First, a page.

And that is the truth. All of us – every single person now working or who has ever worked on this response – are less able than ever before to reach and work with and for people seeking, and who are legally entitled to, safety in Greece and the wider EU. Those people are more isolated and less supported than ever before. As a result, major organisations, having failed to inform supporters and donors, let alone politicians and other decision-makers, are leaving Greece, leaving those isolated people to the neglect and cruelty of the Greek government.
This is not simply to attack or criticise those organisations. It is to underline the importance of ongoing situational analysis, planning based on understanding gained from it, and applied and proactive advocacy and communications to shape and reshape outcomes predicted by that analysis.
As far as is possible – and it may not be – we will remain engaged with the situation in Greece through Koraki, and we will be very happy indeed to communicate with and indeed help on communications, analysis and advocacy for, any organisation which wishes to do so. I do not intend to 'walk away from' this response or the people caught within it. So please do let me know when and how I can help.
It's also important to note that whatever path each of you take from here, the consistent failures of communications, analysis and advocacy from every organisation – including especially those who have claimed to be most engaged in them – must not continue.
Donors do not wish to donate because they believe the response is all but over, even though it is not. They believe that because it is what the Greek government pretends to be true, and the EU pretends to believe is true, but also because absolutely no-one has effectively worked to counter that demonstrably false narrative.
I must include myself in that, but I must also note that those with the resources to do so – and that does not include me – and especially those who claim that this is their major, or one of their major, purpose(s) simply must do better. And will have to in every consecutive crisis, if we are to avoid identically disastrous outcomes.
On that point, it's probably important to leave you with this:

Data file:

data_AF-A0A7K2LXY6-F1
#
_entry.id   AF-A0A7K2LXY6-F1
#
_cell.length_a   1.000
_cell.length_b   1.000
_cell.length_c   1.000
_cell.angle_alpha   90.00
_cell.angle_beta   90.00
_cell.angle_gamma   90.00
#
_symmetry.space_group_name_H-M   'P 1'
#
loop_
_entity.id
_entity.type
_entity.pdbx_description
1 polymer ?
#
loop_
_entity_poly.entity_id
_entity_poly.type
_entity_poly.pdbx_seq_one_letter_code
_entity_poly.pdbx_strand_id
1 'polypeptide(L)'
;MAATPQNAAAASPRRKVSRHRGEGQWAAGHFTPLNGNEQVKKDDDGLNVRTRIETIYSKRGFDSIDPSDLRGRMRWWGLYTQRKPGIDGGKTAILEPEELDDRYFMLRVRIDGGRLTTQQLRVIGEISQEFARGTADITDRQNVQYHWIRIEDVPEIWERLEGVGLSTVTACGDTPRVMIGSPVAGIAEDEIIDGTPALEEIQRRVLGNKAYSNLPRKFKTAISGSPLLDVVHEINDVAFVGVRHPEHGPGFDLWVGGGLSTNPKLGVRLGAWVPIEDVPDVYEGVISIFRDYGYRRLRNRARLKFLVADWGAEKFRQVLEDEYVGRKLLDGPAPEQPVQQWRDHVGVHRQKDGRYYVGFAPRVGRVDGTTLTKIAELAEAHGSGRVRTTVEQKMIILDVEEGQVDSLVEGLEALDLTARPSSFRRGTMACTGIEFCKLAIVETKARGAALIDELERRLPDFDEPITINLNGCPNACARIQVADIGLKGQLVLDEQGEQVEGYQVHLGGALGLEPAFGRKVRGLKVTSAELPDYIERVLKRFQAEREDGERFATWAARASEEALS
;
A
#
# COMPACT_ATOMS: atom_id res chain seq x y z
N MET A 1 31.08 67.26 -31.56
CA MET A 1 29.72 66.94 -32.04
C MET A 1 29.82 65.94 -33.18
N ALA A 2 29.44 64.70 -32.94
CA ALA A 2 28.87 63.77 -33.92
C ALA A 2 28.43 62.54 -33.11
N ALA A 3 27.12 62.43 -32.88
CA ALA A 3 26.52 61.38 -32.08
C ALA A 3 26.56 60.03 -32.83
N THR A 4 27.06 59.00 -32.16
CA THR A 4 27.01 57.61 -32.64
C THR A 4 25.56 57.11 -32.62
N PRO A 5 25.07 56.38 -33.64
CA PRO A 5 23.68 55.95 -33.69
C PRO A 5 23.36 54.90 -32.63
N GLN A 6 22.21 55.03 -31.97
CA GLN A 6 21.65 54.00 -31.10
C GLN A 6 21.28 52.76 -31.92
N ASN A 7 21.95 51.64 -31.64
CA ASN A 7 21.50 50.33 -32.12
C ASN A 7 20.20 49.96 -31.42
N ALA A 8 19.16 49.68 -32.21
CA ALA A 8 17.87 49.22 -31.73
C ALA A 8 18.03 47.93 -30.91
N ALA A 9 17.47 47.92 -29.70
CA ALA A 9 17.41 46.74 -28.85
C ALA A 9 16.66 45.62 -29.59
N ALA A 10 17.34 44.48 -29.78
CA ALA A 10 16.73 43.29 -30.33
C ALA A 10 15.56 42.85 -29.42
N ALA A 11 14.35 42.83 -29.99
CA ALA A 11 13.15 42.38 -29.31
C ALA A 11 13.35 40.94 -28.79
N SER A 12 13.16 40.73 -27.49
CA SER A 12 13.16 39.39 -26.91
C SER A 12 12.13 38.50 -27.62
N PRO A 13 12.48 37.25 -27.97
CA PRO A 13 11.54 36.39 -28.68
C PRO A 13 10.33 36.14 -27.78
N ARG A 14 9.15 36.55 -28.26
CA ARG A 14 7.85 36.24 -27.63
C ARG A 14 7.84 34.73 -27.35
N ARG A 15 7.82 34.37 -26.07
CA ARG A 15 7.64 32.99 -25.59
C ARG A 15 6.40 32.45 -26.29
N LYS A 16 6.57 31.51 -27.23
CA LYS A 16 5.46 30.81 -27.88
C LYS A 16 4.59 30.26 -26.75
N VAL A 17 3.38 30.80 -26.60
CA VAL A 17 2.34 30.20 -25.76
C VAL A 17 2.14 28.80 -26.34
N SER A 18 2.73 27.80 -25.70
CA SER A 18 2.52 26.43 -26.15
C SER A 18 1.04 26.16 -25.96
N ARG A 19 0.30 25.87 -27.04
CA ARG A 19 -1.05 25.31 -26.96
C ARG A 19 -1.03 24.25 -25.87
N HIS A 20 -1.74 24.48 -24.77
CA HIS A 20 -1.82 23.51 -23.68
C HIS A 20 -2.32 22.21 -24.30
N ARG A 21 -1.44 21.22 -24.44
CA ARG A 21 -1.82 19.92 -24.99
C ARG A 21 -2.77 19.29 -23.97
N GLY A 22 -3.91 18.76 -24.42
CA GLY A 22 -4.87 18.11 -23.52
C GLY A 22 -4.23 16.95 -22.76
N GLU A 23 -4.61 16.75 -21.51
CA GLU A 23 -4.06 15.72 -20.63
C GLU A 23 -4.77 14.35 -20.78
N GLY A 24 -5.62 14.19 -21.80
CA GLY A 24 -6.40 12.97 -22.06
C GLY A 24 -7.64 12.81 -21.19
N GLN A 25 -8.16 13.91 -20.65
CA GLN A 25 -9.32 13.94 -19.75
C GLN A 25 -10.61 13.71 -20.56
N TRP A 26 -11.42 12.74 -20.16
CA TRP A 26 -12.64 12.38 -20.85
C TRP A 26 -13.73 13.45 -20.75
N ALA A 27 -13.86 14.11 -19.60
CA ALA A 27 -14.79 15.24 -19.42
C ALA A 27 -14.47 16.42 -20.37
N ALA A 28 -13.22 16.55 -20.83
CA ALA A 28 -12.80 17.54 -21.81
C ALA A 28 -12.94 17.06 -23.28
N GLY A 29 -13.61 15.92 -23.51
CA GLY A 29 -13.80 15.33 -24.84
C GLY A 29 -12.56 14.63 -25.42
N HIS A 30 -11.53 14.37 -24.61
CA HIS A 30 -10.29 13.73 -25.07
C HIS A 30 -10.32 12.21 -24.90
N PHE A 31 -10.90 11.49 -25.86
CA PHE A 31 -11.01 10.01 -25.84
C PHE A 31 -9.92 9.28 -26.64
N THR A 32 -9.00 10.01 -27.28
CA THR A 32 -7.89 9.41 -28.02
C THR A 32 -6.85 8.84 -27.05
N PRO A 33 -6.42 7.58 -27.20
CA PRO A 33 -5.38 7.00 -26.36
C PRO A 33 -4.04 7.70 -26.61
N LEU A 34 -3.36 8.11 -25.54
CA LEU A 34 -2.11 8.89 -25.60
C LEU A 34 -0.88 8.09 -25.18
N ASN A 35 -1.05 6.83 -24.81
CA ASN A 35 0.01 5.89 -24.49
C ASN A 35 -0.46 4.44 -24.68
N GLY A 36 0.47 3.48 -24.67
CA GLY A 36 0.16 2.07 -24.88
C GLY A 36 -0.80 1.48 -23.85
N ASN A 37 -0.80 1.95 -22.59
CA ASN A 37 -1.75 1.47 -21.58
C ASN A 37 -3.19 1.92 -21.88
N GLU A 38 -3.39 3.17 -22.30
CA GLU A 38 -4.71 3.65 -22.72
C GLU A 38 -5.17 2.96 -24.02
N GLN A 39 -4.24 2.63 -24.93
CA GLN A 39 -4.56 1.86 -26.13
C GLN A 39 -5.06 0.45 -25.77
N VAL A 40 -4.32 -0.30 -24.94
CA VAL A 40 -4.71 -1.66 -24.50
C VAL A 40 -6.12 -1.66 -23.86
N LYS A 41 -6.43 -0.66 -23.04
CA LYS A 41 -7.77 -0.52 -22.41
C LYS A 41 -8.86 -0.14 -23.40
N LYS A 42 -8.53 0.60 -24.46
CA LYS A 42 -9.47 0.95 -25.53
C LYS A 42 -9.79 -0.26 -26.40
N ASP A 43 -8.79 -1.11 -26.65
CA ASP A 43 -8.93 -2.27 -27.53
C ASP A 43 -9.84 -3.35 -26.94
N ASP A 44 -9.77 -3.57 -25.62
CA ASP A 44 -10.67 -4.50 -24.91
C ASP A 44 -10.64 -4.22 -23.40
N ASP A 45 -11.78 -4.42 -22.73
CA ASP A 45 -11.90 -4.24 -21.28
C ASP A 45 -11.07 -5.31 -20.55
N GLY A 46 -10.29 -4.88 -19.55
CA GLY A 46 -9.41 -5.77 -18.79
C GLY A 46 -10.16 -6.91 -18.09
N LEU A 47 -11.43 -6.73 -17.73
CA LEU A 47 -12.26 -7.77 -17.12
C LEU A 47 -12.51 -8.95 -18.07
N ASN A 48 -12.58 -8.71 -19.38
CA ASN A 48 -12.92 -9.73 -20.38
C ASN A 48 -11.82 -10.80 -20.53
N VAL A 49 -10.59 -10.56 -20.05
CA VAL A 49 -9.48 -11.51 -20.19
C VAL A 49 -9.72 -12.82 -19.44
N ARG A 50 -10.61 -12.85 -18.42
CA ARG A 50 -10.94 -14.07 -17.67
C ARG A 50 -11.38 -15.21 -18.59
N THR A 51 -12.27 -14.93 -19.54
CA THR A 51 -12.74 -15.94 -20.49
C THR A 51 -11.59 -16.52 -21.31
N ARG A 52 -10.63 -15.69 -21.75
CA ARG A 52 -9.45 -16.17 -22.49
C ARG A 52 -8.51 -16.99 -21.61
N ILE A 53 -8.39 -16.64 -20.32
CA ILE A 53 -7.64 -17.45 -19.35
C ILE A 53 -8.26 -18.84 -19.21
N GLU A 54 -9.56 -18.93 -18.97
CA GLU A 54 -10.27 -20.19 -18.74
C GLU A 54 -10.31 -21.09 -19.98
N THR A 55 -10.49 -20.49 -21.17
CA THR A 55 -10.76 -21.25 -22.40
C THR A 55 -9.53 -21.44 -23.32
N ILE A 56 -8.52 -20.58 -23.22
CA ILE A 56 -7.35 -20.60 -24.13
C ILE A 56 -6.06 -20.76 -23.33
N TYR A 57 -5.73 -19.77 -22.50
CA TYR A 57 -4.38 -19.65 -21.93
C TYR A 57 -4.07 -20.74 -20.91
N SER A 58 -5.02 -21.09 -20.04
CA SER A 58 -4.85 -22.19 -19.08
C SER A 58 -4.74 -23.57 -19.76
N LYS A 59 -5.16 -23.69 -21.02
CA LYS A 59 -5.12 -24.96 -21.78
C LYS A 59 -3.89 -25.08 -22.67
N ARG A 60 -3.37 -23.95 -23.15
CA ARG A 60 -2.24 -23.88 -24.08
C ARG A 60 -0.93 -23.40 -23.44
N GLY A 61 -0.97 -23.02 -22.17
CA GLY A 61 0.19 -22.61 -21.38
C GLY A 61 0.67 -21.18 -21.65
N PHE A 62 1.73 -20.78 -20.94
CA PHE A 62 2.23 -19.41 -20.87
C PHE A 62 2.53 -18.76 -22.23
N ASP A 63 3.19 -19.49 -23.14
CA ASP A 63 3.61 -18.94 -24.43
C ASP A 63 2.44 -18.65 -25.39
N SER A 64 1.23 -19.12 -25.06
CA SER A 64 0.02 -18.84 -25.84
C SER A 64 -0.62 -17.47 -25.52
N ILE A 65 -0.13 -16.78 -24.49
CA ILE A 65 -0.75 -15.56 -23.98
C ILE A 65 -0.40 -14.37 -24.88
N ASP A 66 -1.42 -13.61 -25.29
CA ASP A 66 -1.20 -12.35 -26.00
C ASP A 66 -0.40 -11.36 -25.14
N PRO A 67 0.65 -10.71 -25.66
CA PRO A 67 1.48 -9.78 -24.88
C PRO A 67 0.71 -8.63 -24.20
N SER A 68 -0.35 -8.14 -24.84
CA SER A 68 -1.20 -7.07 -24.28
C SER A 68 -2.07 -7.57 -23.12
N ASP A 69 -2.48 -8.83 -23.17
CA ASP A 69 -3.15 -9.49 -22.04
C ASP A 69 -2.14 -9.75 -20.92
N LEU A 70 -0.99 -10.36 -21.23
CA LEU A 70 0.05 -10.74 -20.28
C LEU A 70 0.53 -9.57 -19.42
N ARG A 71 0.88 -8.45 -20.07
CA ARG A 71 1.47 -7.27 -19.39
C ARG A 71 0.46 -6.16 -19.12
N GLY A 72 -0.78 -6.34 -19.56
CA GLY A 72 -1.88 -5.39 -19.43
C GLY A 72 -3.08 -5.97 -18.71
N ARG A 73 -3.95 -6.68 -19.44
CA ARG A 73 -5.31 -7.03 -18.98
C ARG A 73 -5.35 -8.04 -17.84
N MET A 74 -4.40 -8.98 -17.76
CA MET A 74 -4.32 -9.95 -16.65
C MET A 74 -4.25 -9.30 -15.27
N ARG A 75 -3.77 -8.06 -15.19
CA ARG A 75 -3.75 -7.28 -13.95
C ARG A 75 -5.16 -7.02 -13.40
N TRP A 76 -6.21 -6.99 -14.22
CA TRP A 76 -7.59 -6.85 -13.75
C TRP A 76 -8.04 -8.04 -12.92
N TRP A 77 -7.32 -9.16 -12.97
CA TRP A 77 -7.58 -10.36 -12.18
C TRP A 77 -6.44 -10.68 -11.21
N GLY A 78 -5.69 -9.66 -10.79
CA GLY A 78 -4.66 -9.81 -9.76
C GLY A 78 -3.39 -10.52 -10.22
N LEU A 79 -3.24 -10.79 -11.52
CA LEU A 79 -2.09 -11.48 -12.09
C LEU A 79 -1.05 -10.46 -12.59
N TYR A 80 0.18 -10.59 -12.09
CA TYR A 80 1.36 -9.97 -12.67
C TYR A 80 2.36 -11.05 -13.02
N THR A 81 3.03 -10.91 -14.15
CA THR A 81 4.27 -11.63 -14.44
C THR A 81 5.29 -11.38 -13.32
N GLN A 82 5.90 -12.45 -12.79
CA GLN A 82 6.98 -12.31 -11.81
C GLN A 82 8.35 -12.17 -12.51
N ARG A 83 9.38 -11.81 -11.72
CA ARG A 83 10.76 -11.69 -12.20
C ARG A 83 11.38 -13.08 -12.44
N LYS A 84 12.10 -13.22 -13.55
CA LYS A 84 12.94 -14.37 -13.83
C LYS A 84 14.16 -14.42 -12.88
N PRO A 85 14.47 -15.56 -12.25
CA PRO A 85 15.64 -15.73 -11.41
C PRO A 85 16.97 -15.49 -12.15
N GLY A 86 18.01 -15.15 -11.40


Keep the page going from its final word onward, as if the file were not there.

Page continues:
It's not advocacy to wait until the EU or any other political bloc/state has already agreed a policy, to say anything about it. You will probably be correct, but it isn't advocacy: it's a complaint after the event; dissent against a policy that's already in place.
If you have lobbied for meetings with politicians, met them and presented compelling reasons not to pass such a policy before the event, that's better, but it's still not really advocacy. It's a polite (and correct, but still, only) request that they don't do something you'd rather (rightly) they didn't do.
If you want to do advocacy, you speak early, informatively, and engagingly, to the general public, including within that the words of those most affected. You build public support and then you head to those politicians and show not only your arguments but also the public support for your position. That's what advocacy is.
Because that's how you drive decision makers to make decisions. If decision-makers are convinced - even if by themselves - that 'the public' wants the despicable nonsense they have devised, you have to show them that's not the case. Otherwise, to them, you are just some 'try hard liberal group' (which I agree you are not) 'pushing your agenda'.
There are exceptions to this rule, but they are vanishingly small in number and they take a great deal of imagination.
We could all have done a great deal better. Particularly those who say that's their only job, and who have had time – almost eight years, in some cases – and money to do so.
Our failure is our rapid losing of the ability to operate.
It has honestly been an honour and a privilege to work with you all, and if I can help in any way whatsoever, please just let me know.
Yours, for now,